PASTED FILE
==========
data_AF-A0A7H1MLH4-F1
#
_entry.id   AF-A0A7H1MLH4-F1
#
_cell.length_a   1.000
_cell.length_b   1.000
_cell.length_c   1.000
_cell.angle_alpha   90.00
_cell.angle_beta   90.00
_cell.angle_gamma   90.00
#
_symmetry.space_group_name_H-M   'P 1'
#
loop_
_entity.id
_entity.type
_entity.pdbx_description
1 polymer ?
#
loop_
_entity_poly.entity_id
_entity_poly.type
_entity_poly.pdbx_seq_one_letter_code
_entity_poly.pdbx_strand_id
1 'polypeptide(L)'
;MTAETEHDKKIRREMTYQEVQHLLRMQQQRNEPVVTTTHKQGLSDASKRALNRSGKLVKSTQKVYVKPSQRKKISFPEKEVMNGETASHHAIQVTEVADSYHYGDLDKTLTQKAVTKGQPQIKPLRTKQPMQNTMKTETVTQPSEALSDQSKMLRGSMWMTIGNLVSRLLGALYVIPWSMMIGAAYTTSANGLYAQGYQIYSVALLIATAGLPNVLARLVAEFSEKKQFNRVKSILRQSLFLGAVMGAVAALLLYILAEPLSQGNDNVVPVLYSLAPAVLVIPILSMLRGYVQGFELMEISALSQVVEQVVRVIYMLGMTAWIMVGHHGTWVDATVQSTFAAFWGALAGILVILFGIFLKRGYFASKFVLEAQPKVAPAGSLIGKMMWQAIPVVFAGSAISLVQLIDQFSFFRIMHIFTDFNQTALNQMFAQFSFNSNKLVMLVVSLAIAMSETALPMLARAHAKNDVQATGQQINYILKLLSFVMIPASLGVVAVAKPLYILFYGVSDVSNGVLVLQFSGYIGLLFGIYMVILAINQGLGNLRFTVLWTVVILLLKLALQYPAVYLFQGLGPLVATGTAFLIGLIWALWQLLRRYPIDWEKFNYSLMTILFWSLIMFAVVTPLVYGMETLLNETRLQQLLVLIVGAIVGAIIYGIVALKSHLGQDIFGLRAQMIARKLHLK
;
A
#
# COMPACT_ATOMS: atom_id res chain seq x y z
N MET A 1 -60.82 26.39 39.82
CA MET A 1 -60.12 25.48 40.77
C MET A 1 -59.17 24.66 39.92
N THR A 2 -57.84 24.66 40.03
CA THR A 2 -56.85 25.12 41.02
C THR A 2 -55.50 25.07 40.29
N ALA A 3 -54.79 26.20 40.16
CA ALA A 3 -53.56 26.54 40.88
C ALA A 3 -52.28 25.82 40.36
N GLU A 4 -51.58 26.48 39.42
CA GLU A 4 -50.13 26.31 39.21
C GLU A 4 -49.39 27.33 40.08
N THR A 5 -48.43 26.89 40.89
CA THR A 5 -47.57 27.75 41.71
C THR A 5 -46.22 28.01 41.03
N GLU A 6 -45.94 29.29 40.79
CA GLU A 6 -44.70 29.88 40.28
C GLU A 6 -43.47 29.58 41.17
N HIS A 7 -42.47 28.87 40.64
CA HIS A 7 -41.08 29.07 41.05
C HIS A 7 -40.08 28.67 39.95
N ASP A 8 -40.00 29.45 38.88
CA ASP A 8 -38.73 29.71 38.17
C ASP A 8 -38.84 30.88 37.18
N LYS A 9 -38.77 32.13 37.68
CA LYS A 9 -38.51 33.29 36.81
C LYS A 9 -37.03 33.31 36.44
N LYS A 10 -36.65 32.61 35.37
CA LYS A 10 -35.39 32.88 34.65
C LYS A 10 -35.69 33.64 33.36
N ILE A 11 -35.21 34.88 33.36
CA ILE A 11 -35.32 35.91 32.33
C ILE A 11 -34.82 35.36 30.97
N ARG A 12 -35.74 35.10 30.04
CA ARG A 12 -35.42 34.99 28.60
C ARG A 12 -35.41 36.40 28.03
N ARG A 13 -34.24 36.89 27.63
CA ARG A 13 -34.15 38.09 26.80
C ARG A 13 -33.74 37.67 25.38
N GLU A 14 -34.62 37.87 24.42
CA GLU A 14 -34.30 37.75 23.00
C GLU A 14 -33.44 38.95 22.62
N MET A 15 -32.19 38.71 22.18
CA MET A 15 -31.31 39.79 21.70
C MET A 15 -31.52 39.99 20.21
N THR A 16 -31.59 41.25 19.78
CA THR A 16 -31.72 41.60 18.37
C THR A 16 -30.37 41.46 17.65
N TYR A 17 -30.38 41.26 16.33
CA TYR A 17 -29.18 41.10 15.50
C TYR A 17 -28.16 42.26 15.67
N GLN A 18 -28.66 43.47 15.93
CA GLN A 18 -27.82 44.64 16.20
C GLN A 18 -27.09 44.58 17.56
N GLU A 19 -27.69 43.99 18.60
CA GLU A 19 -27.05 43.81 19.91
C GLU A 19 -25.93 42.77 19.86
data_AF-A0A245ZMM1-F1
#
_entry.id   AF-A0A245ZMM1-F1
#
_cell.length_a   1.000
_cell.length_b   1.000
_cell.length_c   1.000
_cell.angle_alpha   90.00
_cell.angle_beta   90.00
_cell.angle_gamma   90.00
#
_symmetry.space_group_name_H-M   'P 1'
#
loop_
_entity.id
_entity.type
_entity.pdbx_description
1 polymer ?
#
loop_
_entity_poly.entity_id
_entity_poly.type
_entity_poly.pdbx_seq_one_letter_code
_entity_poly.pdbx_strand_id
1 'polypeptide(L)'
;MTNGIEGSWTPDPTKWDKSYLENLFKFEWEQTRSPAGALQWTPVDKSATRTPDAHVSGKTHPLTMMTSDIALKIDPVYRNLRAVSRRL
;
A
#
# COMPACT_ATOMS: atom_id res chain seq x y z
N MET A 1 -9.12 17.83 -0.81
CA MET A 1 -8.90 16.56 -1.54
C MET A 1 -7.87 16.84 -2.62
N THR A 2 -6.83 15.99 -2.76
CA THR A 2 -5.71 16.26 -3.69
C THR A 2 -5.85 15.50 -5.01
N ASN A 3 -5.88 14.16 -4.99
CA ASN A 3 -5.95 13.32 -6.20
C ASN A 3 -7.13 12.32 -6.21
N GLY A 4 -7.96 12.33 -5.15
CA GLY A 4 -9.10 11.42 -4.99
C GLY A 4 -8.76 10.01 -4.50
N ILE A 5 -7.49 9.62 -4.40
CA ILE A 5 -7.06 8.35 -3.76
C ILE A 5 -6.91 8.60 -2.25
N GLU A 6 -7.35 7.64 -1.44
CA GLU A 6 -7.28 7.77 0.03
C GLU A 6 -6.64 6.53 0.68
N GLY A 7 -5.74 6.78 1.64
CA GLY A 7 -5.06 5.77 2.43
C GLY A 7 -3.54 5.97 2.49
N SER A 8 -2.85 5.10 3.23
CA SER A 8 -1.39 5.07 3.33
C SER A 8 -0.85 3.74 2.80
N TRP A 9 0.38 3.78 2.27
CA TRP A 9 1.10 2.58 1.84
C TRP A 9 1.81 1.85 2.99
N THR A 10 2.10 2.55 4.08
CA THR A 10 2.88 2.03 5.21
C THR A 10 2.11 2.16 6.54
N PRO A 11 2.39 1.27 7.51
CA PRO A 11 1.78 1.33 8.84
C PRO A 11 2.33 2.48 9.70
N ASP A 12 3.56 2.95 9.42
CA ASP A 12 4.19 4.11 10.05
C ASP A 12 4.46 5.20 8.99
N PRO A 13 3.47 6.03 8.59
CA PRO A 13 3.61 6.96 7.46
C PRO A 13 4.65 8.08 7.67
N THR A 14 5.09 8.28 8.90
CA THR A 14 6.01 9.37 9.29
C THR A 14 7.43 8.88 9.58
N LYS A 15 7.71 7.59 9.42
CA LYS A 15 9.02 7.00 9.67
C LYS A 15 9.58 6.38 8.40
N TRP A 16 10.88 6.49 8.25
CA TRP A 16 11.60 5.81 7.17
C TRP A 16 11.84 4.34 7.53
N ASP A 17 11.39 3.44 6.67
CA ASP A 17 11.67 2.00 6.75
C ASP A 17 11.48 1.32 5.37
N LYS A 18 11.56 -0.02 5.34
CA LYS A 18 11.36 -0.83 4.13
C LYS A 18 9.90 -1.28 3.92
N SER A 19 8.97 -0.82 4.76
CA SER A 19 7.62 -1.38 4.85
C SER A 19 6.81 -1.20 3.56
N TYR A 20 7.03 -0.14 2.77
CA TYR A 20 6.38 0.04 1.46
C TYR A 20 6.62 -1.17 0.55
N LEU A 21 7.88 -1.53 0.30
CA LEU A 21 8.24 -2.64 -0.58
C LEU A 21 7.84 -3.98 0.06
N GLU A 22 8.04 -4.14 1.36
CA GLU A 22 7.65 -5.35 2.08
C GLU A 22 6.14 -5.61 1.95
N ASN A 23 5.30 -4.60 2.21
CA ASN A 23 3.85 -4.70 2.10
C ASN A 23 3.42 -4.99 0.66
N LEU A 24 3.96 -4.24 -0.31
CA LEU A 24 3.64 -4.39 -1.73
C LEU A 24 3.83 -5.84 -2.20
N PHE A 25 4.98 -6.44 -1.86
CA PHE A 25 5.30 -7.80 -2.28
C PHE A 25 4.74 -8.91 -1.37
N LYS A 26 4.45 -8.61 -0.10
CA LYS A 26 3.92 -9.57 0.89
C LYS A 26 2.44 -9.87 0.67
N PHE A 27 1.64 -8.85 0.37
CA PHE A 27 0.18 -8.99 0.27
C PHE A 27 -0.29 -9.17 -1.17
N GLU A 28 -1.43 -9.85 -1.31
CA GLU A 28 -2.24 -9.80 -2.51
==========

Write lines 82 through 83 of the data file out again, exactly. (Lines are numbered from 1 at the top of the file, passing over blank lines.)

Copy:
N GLN A 18 -28.66 43.47 15.93
CA GLN A 18 -27.82 44.64 16.20